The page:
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I try to understand what data types are read from a byte array. These methods seem to follow a common pattern:

public class Reader {

    static short readA(byte[] bytes, int i) {
        int s = ((((short) bytes[i]) & 255) << 8)
                | (((short) bytes[i + 1]) & 255);
        return (short) s;
    }

    static int readB(byte[] bytes, int i) {
        return ((bytes[i] & 255) << 8)
                | (bytes[i + 1] & 255);
    }

    static int readC(byte[] bytes, int i) {
        return ((bytes[i] & 255) << 24)
                | ((bytes[i + 1] & 255) << 16)
                | ((bytes[i + 2] & 255) << 8)
                | (bytes[i + 3] & 255);
    }

}

Does readC read a signed integer? Does readB read a signed short? What does readA read?

  • 2
    I think that your question isn't related to reverse engineering. Nonetheless, readA returns short created as concatenation of bytes[i] and bytes[i+1] (i.e. if bytes[i]=00000010 and bytes[i+1]=10000011, it will return 10100000011). readB returns the same except that will be of type int, while readC returns an int representing concatenation of bytes[i], bytes[i+1], bytes[i+2] and bytes[i+3]. – bart1e Aug 25 '19 at 10:44
  • assume i = 0 bytes = [1,2,3,4] so bytes[0] is the first byte in array it is left shifted by 8 so 1 << 8 == 256 | 2 == 258 the & 255 is there to take only the byte from input ie instead of [1,2,3,4] the input can be [0x8097abef,....] the & 255 will strip the 8097ab an will take only ef for left shifting ie ef << 8 ie the result will be 0xef00 | yy – blabb Aug 25 '19 at 11:23
  • @bart1e please put answers in the answer box, not in comments. Thanks – Igor Skochinsky Aug 25 '19 at 13:05
  • @blabb as well. – Igor Skochinsky Aug 25 '19 at 13:06
  • 1
    understanding code is also reverse engineering, this question is not necessarily offtopic here – Igor Skochinsky Aug 25 '19 at 16:22
2

Lets Break the algo into pieces before trying to understand

the algo is broken into pieces using bodmas (bracket open ,divide ,multiply ,add, subtract )

and/or Operator precedence

lets take the uncasted readB first

static int readB(byte[] bytes, int i) {
    return ((bytes[i] & 255) << 8)
            | (bytes[i + 1] & 255);
}

prototype of function says it takes an array of bytes and an integer does some thing and returns an int back

static int readB(byte[] bytes, int i)

body of the function (where it does the aforementioned something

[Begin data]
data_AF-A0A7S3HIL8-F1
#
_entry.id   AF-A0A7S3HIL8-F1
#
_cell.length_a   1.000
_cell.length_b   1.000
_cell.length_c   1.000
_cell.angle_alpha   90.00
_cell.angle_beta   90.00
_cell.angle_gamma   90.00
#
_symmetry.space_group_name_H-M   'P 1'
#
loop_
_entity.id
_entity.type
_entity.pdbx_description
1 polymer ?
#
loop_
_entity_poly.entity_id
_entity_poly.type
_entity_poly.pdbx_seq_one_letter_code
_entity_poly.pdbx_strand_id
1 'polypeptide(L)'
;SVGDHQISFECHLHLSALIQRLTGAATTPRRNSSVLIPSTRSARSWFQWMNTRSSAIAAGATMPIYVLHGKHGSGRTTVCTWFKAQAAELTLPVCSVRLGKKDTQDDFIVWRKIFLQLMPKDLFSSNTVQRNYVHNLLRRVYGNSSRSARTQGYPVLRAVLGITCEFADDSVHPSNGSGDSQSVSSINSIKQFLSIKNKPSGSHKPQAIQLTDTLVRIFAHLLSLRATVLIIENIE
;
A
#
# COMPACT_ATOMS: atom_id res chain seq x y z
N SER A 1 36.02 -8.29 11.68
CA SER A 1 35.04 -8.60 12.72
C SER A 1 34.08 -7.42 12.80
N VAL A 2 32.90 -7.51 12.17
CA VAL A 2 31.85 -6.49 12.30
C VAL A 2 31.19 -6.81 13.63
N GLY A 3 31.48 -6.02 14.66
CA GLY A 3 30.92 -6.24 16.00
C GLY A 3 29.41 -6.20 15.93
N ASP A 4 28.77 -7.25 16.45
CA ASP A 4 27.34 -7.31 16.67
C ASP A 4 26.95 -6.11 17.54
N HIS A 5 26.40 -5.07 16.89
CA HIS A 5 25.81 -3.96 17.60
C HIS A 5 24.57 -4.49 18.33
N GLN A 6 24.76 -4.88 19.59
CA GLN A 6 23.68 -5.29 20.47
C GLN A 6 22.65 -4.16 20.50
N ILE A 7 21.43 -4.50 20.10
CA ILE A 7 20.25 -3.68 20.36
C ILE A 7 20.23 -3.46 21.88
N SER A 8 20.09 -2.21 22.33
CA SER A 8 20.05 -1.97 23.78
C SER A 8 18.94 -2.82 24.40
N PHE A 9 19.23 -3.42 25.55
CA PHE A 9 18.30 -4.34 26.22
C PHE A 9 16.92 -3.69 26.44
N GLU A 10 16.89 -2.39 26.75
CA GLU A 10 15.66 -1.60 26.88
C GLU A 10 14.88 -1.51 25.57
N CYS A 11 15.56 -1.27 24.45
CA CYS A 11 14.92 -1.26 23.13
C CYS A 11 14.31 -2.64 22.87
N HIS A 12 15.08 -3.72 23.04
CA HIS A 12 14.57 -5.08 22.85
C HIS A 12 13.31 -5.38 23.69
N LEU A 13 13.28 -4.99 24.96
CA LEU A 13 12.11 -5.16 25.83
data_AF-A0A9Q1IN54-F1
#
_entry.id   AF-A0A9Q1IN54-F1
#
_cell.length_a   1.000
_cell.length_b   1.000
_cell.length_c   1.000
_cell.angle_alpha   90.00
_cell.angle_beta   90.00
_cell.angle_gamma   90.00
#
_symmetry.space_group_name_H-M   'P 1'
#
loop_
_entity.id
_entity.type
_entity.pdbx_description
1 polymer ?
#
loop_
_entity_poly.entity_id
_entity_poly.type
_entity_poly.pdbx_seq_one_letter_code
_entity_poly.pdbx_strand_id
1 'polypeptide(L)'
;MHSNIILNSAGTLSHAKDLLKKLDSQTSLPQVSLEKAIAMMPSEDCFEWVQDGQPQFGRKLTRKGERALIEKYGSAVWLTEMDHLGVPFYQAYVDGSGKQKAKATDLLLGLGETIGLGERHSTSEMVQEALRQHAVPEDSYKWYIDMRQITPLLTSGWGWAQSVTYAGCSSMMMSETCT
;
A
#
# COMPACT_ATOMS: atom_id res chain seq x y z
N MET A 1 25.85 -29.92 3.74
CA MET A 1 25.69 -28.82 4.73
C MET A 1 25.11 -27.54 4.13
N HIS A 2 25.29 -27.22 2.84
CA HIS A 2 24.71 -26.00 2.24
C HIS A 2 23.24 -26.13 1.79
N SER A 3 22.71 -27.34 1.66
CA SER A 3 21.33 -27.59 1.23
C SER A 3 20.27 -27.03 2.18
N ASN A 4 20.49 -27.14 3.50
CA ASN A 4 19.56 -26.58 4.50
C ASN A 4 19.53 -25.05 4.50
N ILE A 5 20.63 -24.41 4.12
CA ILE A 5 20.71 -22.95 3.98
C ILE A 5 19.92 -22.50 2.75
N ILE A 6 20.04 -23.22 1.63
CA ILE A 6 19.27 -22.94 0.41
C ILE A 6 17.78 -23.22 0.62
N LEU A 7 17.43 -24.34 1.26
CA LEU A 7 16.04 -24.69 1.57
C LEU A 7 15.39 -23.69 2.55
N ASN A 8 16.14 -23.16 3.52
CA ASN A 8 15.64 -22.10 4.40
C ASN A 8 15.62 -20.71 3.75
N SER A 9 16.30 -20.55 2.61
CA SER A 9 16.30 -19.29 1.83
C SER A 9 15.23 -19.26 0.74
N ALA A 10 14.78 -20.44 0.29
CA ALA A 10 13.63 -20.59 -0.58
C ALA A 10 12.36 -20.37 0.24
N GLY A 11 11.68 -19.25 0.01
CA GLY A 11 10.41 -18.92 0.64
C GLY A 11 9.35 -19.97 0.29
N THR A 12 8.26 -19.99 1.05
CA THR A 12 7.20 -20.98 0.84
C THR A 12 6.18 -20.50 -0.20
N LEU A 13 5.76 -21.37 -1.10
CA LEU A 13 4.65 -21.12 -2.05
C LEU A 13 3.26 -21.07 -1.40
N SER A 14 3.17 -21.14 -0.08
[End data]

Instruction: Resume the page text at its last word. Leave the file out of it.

return ((bytes[i] & 255) << 8) | (bytes[i + 1] & 255);

there are two bracketed expression one of which has a child

1. ((bytes[i] & 255) << 8)    
          I. (bytes[i] & 255)
 3. (bytes[i + 1] & 255)  

breaking the child expression apart it has three components a constant 255 and two variables
which are arguments or inputs provided to the function
the byte array bytes[] and
the integer i
since i is an int the array can range from 0 to 2^31 -1

( think what will happen if you provide a null array or
an array with just 1 value or an array with 2^31-1 values
or int >= array size
(bounds checking
this link has the following code check the results and see the thrown exception

{  
    static byte foo[] = {1,2,3,4,5,6,7,8 };
    static int readB(byte[] bytes, int i)
    {
        return ((bytes[i] & 255) << 8) | (bytes[i + 1] & 255);
    }
    public static void main(String args[])
    {
        for(int i = 0; i < foo.length ; i++ ) 
        {
            System.out.printf("bounds check %d %d %d\n" , i , foo[i] , readB(foo,i));
        }
    }
}

result of running the code

Compilation time: 1.05 sec, absolute running time: 0.22 sec,  
cpu time: 0.15 sec, memory peak: 18 Mb, absolute service time: 1,27 sec

Error(s), warning(s):

Exception in thread "main" java.lang.ArrayIndexOutOfBoundsException: 8
    at Rextester.readB(source.java:12)
    at Rextester.main(source.java:18)

bounds check 0 1 258
bounds check 1 2 515
bounds check 2 3 772
bounds check 3 4 1029
bounds check 4 5 1286
bounds check 5 6 1543
bounds check 6 7 1800

)

bytes[i] & 255

this actually is superfluous operation

the bytes[i] array is already of BYTE type so the values can never exceed 255 and there is no point stripping the rest this would only make sense if the type is > BYTE like WORD foo[] which can hold anything from 0x0000 to 0xffff or int foo[] which can hold anything from 0x00000000 to 0xffffffff so stripping the hibyte and highwords may make sense .

in this specific code we can safely ignore this

so basically it takes two bytes from the given position and folds them into a bigger type
so readA returns a SHORT and readB returns and INT type

ie readA takes two bytes from a give position and folds it into anything between 0x0000 and 0xffff readB takes two bytes from a given position and folds into anything between 0x00000000 and 0xffffffff (actually it is same as 0x00000 and 0xffff if not for size of type calculation or pointer arithmetic's )

the third readC now should be clear enough for you ittakes 4 bytes and folds it into anything between 0x00000000 and 0xffffffff (this function utilizes the whole range not unlike the readA() / readB()

see the shifts 24,16,8 which puts
byte[ position 1] at 0xAA-??????
byte[ position 2] at 0xAA-BB-????
byte [position 3] at 0xAA-BB-CC-?? and
byte [position 4] at 0xAA-BB-CC-DD
and returns back 0xAABBCCDD

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